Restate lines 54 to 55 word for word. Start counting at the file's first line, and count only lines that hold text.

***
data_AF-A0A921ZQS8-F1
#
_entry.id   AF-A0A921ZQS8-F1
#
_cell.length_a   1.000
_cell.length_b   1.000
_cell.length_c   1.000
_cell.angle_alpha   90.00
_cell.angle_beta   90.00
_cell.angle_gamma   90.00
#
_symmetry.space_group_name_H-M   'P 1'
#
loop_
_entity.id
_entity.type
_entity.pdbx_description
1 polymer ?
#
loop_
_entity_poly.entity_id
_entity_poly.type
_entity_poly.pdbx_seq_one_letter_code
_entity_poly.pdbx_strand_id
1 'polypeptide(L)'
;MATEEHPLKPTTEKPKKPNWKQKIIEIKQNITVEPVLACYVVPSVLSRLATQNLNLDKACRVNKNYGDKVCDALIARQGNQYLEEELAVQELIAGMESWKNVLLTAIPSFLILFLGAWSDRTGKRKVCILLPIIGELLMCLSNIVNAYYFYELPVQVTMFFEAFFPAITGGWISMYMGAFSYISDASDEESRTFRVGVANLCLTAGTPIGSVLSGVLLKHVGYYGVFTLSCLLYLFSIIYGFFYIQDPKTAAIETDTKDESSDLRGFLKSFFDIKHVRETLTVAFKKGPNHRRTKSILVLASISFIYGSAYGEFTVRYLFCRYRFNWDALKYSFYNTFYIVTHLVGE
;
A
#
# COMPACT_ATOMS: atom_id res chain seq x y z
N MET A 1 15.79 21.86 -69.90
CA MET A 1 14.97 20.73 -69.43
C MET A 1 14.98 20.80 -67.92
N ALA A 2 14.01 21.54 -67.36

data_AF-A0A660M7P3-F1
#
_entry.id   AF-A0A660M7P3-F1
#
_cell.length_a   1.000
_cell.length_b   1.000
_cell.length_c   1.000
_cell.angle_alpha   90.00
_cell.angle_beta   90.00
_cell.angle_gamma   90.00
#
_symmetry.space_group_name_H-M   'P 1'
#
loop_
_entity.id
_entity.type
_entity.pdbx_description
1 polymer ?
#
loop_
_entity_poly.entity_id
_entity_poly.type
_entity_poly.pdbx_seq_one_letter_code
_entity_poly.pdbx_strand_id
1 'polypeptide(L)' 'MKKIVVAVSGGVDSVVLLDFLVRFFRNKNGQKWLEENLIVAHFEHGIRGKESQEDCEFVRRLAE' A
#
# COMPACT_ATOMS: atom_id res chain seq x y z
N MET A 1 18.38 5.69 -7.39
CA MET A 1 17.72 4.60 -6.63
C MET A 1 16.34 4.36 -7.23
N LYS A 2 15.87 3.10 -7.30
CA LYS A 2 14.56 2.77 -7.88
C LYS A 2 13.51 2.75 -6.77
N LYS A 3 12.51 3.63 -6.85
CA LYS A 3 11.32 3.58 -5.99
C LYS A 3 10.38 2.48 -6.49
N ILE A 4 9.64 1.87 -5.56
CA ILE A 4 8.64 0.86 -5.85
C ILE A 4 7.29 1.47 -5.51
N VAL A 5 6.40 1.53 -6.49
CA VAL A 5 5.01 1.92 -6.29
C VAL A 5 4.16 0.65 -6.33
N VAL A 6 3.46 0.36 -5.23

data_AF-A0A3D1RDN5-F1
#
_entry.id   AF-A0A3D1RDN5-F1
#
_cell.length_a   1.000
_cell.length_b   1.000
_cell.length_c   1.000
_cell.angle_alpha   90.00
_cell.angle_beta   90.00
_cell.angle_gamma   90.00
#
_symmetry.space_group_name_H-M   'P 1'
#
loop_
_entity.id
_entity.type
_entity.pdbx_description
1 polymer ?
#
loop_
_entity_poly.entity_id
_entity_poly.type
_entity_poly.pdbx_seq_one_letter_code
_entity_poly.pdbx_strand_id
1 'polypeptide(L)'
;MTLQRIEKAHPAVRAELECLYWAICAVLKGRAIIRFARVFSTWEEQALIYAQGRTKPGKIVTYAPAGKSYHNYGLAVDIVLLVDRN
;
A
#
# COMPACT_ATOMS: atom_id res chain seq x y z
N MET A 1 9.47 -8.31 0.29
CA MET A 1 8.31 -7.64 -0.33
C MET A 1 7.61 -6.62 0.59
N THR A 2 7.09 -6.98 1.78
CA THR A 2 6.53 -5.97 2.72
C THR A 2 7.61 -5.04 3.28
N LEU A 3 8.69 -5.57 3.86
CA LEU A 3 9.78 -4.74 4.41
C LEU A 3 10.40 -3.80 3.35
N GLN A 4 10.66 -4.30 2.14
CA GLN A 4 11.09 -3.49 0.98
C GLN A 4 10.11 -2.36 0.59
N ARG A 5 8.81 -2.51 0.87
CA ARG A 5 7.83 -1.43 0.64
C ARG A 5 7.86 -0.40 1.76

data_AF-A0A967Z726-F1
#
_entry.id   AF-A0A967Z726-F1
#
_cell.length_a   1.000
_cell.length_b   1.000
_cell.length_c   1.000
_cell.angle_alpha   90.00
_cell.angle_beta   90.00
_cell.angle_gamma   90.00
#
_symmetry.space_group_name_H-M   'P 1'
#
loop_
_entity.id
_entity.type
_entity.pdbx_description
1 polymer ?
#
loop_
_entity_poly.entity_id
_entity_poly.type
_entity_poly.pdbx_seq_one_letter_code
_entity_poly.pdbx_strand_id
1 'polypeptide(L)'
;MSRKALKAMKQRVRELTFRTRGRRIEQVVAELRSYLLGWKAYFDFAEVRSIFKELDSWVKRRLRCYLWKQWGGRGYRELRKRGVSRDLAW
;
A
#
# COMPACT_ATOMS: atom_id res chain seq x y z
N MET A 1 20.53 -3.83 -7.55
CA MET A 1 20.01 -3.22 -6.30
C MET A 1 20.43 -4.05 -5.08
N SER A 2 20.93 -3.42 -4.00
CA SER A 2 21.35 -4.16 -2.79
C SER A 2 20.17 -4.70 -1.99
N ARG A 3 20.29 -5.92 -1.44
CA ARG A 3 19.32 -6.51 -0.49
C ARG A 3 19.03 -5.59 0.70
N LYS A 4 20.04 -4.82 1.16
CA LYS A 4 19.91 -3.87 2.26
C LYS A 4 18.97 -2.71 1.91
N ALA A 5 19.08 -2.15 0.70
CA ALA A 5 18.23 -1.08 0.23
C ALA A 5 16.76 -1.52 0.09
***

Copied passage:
loop_
_entity_poly.entity_id